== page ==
"Late in 1973, I was promoted in the bank, so had to move to Cambridge. But even without the A14 being built we would travel to every game. In 1973, at last we won something, the Texaco Cup, all the sweeter for beating Norwich in the final home and away. The real journey had begun!

"I could go on and on with many stories, but will just tell three that stick in my memory. 

"Later in 1973, we drew the great Real Madrid in the UEFA cup. Nobody apart from Sir Bobby and the team really expected us to win. At home we won 1-0. Thinking this might be our only chance to see Ipswich in Europe [that was certainly wrong] we flew from Luton with Monarch Air Lines for the second leg. In those days, not many made the trip, maybe 200-300. The realisation of the task ahead hit us when we arrived at the Bernabeu stadium. The teams came out and the atmosphere was unbelievable, 200-300 Ipswich supporters trying to make themselves heard amongst 80,000 Spanish. We outplayed Madrid and drew 0-0 and so qualified for the next round. Back at our hotel bar, the singing and drinking and total euphoria was unstoppable. Sir Bobby came to the hotel to thank the fans and was mobbed!

"The start of eight great years was underway!

"A few years later, I remember a game for another reason. In 1977, Ipswich drew Landskrona BoIS in the UEFA cup. We won 5-0 at home and were looking forward to a trip to Sweden.

"We left Harwich on the ferry on a breezy September evening, dinner was served followed by drinks in the bar. I was aware that the ship was starting to move around a bit but thought little of it. In the night a gale force seven had blown up. By morning, the sea was really rough, we were not allowed on deck. I could not stomach breakfast but decided to get up and shave as I do every day. I was left with cuts all over my face and had to patch my face up with toilet paper! The crossing took five hours longer than it should and we still had a long coach ride from Gothenburg to the game. It was worth it. The Swedish people greeted our supporters in Landskrona with wonderful hospitality. Not many of us talked about the game we won 1-0, most of the conversation was about the trip and whether it would be as bad going back as we were desperate to get home as we were playing Liverpool at home on Saturday. We did! We drew 1-1 with Liverpool.

"The other game I cannot forget is the crowning glory! The 1978 FA Cup final. A coach was organised by our pub in our village in Cambridgeshire .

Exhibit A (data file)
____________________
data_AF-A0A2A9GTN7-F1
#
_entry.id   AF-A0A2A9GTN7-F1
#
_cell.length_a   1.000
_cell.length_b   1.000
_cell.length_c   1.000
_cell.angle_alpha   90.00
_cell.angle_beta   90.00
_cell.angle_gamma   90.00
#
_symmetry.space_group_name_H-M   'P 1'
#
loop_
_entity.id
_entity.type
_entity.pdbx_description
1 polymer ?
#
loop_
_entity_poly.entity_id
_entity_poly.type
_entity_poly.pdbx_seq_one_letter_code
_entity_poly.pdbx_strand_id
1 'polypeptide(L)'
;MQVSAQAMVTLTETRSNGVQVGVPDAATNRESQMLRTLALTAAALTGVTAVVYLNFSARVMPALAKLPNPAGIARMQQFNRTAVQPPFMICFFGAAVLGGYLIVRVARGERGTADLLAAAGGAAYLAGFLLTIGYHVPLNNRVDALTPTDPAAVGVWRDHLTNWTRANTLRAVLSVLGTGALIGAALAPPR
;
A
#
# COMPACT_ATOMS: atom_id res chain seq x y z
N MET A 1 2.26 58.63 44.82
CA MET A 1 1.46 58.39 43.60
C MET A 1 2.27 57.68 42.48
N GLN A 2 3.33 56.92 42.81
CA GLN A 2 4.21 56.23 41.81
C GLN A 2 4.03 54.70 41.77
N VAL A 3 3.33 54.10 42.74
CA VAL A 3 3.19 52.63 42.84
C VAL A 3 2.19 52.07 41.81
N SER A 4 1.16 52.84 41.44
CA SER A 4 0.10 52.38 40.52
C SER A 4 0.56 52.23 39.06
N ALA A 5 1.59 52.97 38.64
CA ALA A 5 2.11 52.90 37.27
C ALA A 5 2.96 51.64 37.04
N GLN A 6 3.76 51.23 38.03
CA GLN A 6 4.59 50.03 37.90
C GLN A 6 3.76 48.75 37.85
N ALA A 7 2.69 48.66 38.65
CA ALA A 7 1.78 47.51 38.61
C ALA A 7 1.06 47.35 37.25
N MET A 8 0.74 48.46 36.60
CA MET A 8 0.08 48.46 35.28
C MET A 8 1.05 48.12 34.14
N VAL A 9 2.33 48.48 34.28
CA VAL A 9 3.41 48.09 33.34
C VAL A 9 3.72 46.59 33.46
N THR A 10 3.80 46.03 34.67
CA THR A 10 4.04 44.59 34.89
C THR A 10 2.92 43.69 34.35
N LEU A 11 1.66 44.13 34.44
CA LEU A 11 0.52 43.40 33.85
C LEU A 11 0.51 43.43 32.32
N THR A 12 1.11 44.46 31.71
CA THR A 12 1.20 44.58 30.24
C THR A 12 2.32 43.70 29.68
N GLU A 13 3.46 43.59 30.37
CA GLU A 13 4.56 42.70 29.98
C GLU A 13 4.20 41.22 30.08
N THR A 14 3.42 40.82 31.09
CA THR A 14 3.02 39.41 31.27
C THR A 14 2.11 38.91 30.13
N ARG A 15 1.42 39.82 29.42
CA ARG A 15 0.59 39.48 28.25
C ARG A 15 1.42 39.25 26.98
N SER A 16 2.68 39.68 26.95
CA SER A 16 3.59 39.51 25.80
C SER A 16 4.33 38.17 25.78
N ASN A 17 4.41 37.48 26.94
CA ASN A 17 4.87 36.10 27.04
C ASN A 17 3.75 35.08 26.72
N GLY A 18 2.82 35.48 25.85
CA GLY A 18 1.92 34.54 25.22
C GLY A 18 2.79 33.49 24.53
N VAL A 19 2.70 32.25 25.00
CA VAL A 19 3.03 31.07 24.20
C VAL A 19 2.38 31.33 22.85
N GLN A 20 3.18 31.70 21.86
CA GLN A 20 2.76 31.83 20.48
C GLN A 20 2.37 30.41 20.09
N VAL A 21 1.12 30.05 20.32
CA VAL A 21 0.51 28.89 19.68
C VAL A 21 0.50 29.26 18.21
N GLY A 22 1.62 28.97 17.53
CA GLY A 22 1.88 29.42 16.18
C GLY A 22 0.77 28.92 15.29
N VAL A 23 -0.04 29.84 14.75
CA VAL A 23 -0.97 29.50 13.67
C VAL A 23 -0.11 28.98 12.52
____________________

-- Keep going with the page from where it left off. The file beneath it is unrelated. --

"It rained and rained for two days before, then on Saturday the sun came out. Ipswich battered Arsenal on the day but it finished 1-0. How it was only one, I do not know. I thought we would never score. The sea of blue cheering the team on, Wark, Mariner and Burley all coming close to scoring. Post, bar, all seemed to deny us - then the unlikely hero Roger Osborne scoring and then overcome with heat exhaustion or perhaps just raw emotion. I had, before that, wondered if we would ever score. That day I did not need to drink, the atmosphere from the supporters and the the players provided excitement, intoxication of the moment and then at last the necessary happiness. I was also pleased that the hard work of Sir Bobby and the Club in general had been rewarded at last.

"On the slow coach ride back up Wembley way on the way home, I remember the landlord of our local pub jumping off the coach, taking off a policeman’s helmet and replacing it with his blue and white wig, luckily the policeman was okay with it. We then proceeded to a curry house in North London that had ben pre-booked; they ran out of beer in the first hour and had to re-stock from an off licence. I do not remember the food!

"This is just a snippet of my stories of a normally quiet, refined bank manager, rugby man converted to football in Ipswich, by Ipswich. Memories never to be forgotten.

"Sir Bobby and the players of that era will never be forgotten, I thank you all!

"Since then we have been always hopeful of a revival, briefly touching the Premier League with George Burley at the helm. In recent times, we have not been so fortunate.

"We have, by and large, kept our fanbase. When football returns, let’s hope we return to winning ways.

"In these difficult times, stay safe. Long live the Club and the supporters!

Maurice Ramsay."

Everyone at Ipswich Town Football Club would like to pass on belated birthday wishes to Maurice and thank him for his lengthy and ongoing support. A true Blue.